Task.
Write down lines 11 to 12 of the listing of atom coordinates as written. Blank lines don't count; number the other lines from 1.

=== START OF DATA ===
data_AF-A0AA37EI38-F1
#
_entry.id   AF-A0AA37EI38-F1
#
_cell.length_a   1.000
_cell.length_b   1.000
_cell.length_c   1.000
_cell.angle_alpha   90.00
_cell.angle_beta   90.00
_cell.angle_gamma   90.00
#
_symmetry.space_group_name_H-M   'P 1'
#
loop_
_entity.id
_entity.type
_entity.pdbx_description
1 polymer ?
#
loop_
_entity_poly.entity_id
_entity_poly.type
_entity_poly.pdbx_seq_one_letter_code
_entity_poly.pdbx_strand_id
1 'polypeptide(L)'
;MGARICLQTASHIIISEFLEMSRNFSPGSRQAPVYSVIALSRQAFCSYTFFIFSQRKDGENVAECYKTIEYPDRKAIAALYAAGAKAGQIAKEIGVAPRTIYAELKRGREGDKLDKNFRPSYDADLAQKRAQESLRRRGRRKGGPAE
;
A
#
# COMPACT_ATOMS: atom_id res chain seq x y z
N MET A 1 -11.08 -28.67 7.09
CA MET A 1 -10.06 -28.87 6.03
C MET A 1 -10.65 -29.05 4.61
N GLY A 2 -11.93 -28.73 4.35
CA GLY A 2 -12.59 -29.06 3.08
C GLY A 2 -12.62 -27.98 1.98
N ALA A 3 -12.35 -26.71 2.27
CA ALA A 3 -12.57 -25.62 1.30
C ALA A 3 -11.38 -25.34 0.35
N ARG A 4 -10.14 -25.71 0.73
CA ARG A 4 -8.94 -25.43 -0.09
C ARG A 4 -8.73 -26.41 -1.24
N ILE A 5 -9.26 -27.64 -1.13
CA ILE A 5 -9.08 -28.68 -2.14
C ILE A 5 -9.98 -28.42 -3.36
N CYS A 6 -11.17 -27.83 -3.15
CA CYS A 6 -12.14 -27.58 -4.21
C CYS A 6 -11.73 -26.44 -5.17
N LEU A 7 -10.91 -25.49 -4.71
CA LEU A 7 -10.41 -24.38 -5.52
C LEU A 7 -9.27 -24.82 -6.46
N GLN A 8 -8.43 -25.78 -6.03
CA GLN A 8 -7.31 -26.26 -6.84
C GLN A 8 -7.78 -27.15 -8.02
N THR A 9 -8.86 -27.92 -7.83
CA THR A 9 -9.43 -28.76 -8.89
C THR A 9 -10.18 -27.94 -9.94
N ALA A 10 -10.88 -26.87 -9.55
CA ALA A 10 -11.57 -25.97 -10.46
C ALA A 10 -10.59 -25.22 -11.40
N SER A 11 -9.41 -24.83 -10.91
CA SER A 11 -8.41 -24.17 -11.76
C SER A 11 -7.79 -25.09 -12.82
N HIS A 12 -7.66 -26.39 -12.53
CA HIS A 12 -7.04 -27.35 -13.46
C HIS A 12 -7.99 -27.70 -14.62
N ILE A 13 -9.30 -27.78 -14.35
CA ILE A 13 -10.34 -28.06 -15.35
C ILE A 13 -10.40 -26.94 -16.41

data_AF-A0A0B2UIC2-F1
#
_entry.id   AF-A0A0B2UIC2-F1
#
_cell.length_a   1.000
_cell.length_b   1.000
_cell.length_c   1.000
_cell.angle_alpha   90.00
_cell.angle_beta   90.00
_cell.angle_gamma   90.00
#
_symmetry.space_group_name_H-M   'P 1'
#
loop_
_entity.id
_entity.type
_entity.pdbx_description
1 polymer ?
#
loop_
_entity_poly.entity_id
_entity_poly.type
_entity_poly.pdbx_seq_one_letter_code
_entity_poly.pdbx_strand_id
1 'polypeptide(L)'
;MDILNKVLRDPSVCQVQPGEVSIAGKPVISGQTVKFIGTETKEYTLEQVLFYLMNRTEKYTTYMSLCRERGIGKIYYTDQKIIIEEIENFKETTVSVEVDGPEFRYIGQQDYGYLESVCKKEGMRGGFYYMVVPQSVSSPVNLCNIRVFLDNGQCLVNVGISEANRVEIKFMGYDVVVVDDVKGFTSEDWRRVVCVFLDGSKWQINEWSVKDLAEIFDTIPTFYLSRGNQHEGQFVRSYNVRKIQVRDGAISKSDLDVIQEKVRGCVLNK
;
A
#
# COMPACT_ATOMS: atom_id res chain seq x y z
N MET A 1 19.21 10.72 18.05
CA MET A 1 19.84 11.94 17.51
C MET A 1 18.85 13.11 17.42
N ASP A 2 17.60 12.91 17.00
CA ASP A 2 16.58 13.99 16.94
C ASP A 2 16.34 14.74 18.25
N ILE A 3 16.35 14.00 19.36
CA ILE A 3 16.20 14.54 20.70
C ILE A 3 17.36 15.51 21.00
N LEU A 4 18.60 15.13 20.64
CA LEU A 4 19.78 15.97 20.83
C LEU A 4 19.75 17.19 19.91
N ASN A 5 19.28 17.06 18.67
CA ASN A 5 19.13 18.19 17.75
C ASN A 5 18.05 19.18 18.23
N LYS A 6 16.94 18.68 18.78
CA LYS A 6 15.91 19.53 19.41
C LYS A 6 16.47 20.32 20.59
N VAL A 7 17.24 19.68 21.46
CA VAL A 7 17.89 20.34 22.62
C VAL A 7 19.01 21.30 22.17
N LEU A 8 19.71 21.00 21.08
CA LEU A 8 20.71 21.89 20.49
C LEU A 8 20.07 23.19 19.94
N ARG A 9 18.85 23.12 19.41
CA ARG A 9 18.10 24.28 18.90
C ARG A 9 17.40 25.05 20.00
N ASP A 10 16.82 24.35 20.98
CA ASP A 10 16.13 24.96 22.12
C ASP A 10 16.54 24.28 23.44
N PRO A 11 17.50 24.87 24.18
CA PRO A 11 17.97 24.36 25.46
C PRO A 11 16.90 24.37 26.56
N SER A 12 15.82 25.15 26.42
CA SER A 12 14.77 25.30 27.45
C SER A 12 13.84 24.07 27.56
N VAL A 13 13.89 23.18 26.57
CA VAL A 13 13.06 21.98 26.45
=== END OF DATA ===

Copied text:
#
_symmetry.space_group_name_H-M   'P 1'